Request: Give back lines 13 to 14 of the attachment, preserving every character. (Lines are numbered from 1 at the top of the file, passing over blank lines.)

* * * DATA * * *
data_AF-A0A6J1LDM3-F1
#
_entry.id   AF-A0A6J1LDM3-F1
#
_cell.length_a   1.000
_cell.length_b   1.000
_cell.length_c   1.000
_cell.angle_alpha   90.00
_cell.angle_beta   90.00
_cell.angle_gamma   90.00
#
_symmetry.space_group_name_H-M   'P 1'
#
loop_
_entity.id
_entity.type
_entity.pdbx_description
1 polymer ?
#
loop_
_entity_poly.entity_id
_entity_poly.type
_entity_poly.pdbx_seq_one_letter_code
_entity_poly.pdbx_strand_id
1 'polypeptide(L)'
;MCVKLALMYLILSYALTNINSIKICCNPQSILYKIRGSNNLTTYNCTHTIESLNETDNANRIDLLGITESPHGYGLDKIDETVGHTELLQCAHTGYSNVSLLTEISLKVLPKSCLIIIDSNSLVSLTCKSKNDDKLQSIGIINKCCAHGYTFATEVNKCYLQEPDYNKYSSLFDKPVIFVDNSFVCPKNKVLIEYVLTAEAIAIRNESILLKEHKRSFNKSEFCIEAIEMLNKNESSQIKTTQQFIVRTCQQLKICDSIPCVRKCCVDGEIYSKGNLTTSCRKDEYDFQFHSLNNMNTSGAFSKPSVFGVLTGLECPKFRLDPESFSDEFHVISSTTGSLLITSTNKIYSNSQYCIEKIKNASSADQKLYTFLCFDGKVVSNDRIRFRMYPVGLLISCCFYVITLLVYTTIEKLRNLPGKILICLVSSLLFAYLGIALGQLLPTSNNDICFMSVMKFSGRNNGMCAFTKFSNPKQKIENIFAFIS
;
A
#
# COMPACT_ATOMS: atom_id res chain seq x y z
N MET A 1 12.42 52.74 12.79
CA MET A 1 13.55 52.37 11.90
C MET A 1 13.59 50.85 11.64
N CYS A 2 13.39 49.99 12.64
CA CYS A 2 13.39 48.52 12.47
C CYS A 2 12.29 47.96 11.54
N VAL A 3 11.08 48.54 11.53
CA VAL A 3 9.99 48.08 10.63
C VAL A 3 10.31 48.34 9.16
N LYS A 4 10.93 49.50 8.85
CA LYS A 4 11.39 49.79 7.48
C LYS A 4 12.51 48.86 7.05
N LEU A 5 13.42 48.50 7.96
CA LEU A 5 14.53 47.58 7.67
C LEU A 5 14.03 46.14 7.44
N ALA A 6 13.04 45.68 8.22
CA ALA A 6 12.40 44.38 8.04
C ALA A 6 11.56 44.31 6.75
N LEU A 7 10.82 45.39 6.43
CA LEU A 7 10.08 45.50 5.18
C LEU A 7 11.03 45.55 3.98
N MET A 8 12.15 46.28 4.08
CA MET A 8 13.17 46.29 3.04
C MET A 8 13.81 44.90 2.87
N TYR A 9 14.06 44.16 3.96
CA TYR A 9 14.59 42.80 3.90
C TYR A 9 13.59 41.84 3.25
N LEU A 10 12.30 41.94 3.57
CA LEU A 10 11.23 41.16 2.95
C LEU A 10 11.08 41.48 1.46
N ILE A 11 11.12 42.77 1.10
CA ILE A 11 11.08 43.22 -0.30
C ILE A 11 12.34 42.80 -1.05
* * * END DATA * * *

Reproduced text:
#
loop_